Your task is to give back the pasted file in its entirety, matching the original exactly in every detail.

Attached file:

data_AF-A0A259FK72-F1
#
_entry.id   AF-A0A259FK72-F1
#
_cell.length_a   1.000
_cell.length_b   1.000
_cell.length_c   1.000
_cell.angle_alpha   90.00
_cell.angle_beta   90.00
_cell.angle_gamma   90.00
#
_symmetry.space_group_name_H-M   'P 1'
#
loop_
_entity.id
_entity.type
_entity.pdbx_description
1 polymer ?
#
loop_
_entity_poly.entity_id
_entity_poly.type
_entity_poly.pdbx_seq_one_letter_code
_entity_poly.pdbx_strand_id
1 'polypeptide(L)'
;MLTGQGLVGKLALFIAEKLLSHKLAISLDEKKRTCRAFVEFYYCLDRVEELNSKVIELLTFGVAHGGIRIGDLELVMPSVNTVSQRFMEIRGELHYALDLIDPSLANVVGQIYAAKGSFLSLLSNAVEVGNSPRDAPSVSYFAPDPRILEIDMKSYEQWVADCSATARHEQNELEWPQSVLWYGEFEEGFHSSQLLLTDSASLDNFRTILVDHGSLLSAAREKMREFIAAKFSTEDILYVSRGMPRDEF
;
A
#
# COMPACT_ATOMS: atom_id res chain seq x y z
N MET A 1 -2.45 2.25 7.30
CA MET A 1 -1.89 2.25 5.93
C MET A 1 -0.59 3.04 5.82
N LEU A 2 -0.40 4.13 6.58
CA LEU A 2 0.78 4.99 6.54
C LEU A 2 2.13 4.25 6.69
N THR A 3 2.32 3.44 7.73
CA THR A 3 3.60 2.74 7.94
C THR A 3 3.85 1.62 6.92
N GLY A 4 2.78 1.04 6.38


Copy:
data_AF-A0A259FK72-F1
#
_entry.id   AF-A0A259FK72-F1
#
_cell.length_a   1.000
_cell.length_b   1.000
_cell.length_c   1.000
_cell.angle_alpha   90.00
_cell.angle_beta   90.00
_cell.angle_gamma   90.00
#
_symmetry.space_group_name_H-M   'P 1'
#
loop_
_entity.id
_entity.type
_entity.pdbx_description
1 polymer ?
#
loop_
_entity_poly.entity_id
_entity_poly.type
_entity_poly.pdbx_seq_one_letter_code
_entity_poly.pdbx_strand_id
1 'polypeptide(L)'
;MLTGQGLVGKLALFIAEKLLSHKLAISLDEKKRTCRAFVEFYYCLDRVEELNSKVIELLTFGVAHGGIRIGDLELVMPSVNTVSQRFMEIRGELHYALDLIDPSLANVVGQIYAAKGSFLSLLSNAVEVGNSPRDAPSVSYFAPDPRILEIDMKSYEQWVADCSATARHEQNELEWPQSVLWYGEFEEGFHSSQLLLTDSASLDNFRTILVDHGSLLSAAREKMREFIAAKFSTEDILYVSRGMPRDEF
;
A
#
# COMPACT_ATOMS: atom_id res chain seq x y z
N MET A 1 -2.45 2.25 7.30
CA MET A 1 -1.89 2.25 5.93
C MET A 1 -0.59 3.04 5.82
N LEU A 2 -0.40 4.13 6.58
CA LEU A 2 0.78 4.99 6.54
C LEU A 2 2.13 4.25 6.69
N THR A 3 2.32 3.44 7.73
CA THR A 3 3.60 2.74 7.94
C THR A 3 3.85 1.62 6.92
N GLY A 4 2.78 1.04 6.38